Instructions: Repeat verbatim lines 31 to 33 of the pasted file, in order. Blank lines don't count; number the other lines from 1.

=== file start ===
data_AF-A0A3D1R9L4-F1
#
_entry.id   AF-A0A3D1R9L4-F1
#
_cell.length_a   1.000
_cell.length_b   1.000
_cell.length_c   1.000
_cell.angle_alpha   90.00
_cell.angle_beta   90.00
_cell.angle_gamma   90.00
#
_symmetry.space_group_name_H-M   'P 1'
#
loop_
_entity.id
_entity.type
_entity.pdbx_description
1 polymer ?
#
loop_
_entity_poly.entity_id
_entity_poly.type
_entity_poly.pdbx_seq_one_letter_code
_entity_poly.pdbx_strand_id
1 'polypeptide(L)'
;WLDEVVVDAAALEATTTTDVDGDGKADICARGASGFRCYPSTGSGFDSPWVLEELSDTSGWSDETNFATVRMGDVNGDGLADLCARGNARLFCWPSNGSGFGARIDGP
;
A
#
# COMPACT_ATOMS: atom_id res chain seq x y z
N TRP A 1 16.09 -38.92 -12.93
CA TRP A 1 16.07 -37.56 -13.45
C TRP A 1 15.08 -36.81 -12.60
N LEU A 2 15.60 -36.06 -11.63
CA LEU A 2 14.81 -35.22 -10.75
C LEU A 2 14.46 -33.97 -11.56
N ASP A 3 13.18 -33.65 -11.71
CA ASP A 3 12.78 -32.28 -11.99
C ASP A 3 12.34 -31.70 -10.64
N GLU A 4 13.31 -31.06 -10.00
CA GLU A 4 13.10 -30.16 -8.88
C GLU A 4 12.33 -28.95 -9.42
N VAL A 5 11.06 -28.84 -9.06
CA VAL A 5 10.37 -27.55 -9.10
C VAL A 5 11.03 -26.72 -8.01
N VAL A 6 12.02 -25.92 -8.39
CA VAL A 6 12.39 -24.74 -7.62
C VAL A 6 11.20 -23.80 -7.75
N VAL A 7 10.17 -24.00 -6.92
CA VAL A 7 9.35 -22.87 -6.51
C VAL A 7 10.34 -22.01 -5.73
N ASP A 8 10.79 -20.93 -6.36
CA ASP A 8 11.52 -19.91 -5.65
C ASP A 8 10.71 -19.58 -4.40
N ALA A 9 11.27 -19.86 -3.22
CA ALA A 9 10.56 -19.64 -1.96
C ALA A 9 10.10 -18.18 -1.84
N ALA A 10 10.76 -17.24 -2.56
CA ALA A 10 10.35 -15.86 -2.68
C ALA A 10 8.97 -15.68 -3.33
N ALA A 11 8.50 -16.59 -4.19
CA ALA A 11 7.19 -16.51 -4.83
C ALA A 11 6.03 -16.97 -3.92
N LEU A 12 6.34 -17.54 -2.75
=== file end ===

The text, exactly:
N TRP A 1 16.09 -38.92 -12.93
CA TRP A 1 16.07 -37.56 -13.45
C TRP A 1 15.08 -36.81 -12.60